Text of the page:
Science fiction meets reality in the Netflix series Black Mirror, an anthology of unrelated tales created by British screenwriter Charlie Brooker, which takes a close look at some of the ways society has become dependent on technology and what it could mean for the not-so-distant future.
The series first premiered on BBC Channel 4 from 2011 – 2013, before being picked up by Netflix in 2015, which commissioned 12 more episodes to be released exclusively for the digital streaming service.
Similar in many ways to The Twilight Zone, Brooker’s vision mixes elements of different genres, including fantasy, horror, suspense, and drama, to take viewers to some rather uncomfortable and seemingly realistic places from the very beginning. And not every episode provides a conflict resolution.
Each individual vignette tells an entirely different story. Nearly every episode features a different guest director and an original soundtrack, however, there have been many musical moments that have played an integral theme in the series.
That is why Salute Magazine decided to take a deeper look into the musical relevance of the Netflix series Black Mirror.
The first season of Black Mirror was a short three-episodes long, but the impact of each one is something to be remembered. The series begins with “The National Anthem,” an episode about a politician whose daughter has been kidnapped by a terrorist cell and has been given a series of demands in order to get her back safe. It appropriately features songs from Massive Attack and British composer Max Richter.
“Fifteen Million Merits” stars Daniel Kaluuya in a role which very likely helped land him the lead role in the 2017 horror film, Get Out. It takes place in a universe where screens occupy the majority of a person’s daily life and provide a satirical look at televised talent competitions, genetically modified foods, and how money is spent in the future. It is also the first time we hear Abi Khan, portrayed by Jessica Brown Findlay, perform the classic, “Anyone Who Knows What Love Is (Will Understand)” from New Orleans soul singer Irma Thomas.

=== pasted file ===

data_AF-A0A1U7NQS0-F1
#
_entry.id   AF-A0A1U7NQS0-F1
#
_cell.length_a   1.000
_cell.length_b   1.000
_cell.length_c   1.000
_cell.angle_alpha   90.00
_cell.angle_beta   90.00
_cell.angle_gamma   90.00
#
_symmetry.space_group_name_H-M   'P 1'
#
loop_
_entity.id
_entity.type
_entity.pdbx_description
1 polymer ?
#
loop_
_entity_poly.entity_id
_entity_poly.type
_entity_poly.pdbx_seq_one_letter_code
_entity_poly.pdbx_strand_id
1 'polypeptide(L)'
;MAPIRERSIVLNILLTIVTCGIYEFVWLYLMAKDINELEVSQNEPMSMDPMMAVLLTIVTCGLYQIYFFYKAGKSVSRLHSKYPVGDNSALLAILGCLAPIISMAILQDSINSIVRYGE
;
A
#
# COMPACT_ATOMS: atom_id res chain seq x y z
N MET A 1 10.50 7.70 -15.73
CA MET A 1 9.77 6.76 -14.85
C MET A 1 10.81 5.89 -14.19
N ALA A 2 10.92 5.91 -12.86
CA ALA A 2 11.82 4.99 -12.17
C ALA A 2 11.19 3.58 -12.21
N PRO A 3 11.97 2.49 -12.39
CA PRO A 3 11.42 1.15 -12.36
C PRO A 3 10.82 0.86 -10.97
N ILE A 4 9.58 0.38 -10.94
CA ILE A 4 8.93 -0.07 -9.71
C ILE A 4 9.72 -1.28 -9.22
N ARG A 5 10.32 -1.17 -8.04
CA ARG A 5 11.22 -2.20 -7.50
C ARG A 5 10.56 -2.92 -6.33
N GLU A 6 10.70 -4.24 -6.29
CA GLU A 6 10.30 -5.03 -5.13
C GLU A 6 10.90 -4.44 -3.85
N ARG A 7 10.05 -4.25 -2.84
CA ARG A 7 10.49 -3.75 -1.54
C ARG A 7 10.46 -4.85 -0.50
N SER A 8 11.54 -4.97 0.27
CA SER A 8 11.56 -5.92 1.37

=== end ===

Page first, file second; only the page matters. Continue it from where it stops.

The final episode “The Entire History of You” was written by British comedy writer Jesse Armstrong and was so well received that actor Robert Downey Jr. optioned the episode to be made into a movie by Warner Brothers. Unlike the two prior episodes, it featured an original score by composer Stuart Earl.
We watch as two young lovers are preparing to move when a sudden accident claims the life of the boyfriend. Alone and confused, “Be Right Back,” takes a look at the futuristic technology that claims it can allow you to stay in touch with the deceased using past communications, social media, and voicemail. While it is an emotionally difficult episode to watch, the music more than makes up for it, with a predominantly upbeat ‘70s disco theme, featuring Yvonne Elliman, Heatwave, and the Bee-Gees.
Although there is very little music featured in episodes “White Bear” and “The Waldo Moment,” however they do take viewers from a dark and sadistic future to one sprinkled in politics and dark humor.
In the final episode, “White Christmas,” which bears the same name as the Bing Crosby classic, we hear a reprise of “Anyone Who Knows What Love Is (Will Understand)” and “I Wish It Could Be Christmas Everyday” by Wizzard, an English glam rock group created by Electric Light Orchestra co-founder Roy Wood.
The musical link between the show and reality only seemed to intensify after Netflix acquired the series. Season 3 of Black Mirror opens with “Nosedive,” which follows a five-star rated bon vivant who is suddenly having a really bad day. The episode also features an original score by Max Richter.
“Playtest” follows an American traveler as he journey across the globe before agreeing to participate in a test trial for an augmented reality video game that is installed directly into the brain. It features an original score was written by The Walking Dead composer Bear McCreary as well as tracks from Kaytranada, Elvis Presley, and The Fat White Family.